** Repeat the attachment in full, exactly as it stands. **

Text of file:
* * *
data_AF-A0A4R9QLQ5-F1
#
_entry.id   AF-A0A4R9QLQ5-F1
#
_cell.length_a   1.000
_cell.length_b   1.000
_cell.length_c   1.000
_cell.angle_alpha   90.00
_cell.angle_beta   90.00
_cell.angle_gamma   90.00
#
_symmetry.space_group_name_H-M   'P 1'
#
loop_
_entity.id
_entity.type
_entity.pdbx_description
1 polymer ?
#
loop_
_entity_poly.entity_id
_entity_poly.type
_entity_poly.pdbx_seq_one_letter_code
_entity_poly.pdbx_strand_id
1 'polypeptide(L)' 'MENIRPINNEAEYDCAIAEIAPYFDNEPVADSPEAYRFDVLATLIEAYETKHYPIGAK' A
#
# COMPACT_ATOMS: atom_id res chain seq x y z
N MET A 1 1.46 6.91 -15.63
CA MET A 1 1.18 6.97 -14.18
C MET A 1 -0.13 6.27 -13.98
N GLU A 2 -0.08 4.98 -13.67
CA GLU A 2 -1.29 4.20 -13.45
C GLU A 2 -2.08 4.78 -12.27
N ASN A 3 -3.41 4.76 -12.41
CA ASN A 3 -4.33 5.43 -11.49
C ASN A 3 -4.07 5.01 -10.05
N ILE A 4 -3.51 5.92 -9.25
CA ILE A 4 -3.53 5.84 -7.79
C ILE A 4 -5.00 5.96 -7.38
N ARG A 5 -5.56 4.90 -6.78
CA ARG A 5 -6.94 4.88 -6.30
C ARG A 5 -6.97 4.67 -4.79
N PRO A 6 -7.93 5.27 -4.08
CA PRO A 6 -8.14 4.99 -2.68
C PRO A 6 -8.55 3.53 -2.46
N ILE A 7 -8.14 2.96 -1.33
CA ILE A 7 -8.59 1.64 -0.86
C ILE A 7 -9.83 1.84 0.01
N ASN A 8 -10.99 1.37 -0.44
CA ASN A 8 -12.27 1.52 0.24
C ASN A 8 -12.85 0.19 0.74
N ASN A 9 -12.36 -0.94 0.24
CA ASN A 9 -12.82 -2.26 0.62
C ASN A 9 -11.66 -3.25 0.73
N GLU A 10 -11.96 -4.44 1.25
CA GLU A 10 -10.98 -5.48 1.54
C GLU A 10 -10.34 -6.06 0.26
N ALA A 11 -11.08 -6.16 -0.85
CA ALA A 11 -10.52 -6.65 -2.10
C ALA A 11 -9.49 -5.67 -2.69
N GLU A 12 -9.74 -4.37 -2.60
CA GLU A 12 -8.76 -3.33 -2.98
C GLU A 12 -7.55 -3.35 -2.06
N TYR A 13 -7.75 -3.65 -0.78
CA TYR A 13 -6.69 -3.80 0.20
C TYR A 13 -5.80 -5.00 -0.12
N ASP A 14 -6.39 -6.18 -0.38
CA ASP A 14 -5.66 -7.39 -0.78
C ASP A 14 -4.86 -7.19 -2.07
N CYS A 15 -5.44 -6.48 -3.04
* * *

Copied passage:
data_AF-A0A4R9QLQ5-F1
#
_entry.id   AF-A0A4R9QLQ5-F1
#
_cell.length_a   1.000
_cell.length_b   1.000
_cell.length_c   1.000
_cell.angle_alpha   90.00
_cell.angle_beta   90.00
_cell.angle_gamma   90.00
#
_symmetry.space_group_name_H-M   'P 1'
#
loop_
_entity.id
_entity.type
_entity.pdbx_description
1 polymer ?
#
loop_
_entity_poly.entity_id
_entity_poly.type
_entity_poly.pdbx_seq_one_letter_code
_entity_poly.pdbx_strand_id
1 'polypeptide(L)' 'MENIRPINNEAEYDCAIAEIAPYFDNEPVADSPEAYRFDVLATLIEAYETKHYPIGAK' A
#
# COMPACT_ATOMS: atom_id res chain seq x y z
N MET A 1 1.46 6.91 -15.63
CA MET A 1 1.18 6.97 -14.18
C MET A 1 -0.13 6.27 -13.98
N GLU A 2 -0.08 4.98 -13.67
CA GLU A 2 -1.29 4.20 -13.45
C GLU A 2 -2.08 4.78 -12.27
N ASN A 3 -3.41 4.76 -12.41
CA ASN A 3 -4.33 5.43 -11.49
C ASN A 3 -4.07 5.01 -10.05
N ILE A 4 -3.51 5.92 -9.25
CA ILE A 4 -3.53 5.84 -7.79
C ILE A 4 -5.00 5.96 -7.38
N ARG A 5 -5.56 4.90 -6.78
CA ARG A 5 -6.94 4.88 -6.30
C ARG A 5 -6.97 4.67 -4.79
N PRO A 6 -7.93 5.27 -4.08
CA PRO A 6 -8.14 4.99 -2.68
C PRO A 6 -8.55 3.53 -2.46
N ILE A 7 -8.14 2.96 -1.33
CA ILE A 7 -8.59 1.64 -0.86
C ILE A 7 -9.83 1.84 0.01
N ASN A 8 -10.99 1.37 -0.44
CA ASN A 8 -12.27 1.52 0.24
C ASN A 8 -12.85 0.19 0.74
N ASN A 9 -12.36 -0.94 0.24
CA ASN A 9 -12.82 -2.26 0.62
C ASN A 9 -11.66 -3.25 0.73
N GLU A 10 -11.96 -4.44 1.25
CA GLU A 10 -10.98 -5.48 1.54
C GLU A 10 -10.34 -6.06 0.26
N ALA A 11 -11.08 -6.16 -0.85
CA ALA A 11 -10.52 -6.65 -2.10
C ALA A 11 -9.49 -5.67 -2.69
N GLU A 12 -9.74 -4.37 -2.60
CA GLU A 12 -8.76 -3.33 -2.98
C GLU A 12 -7.55 -3.35 -2.06
N TYR A 13 -7.75 -3.65 -0.78
CA TYR A 13 -6.69 -3.80 0.20
C TYR A 13 -5.80 -5.00 -0.12
N ASP A 14 -6.39 -6.18 -0.38
CA ASP A 14 -5.66 -7.39 -0.78
C ASP A 14 -4.86 -7.19 -2.07
N CYS A 15 -5.44 -6.48 -3.04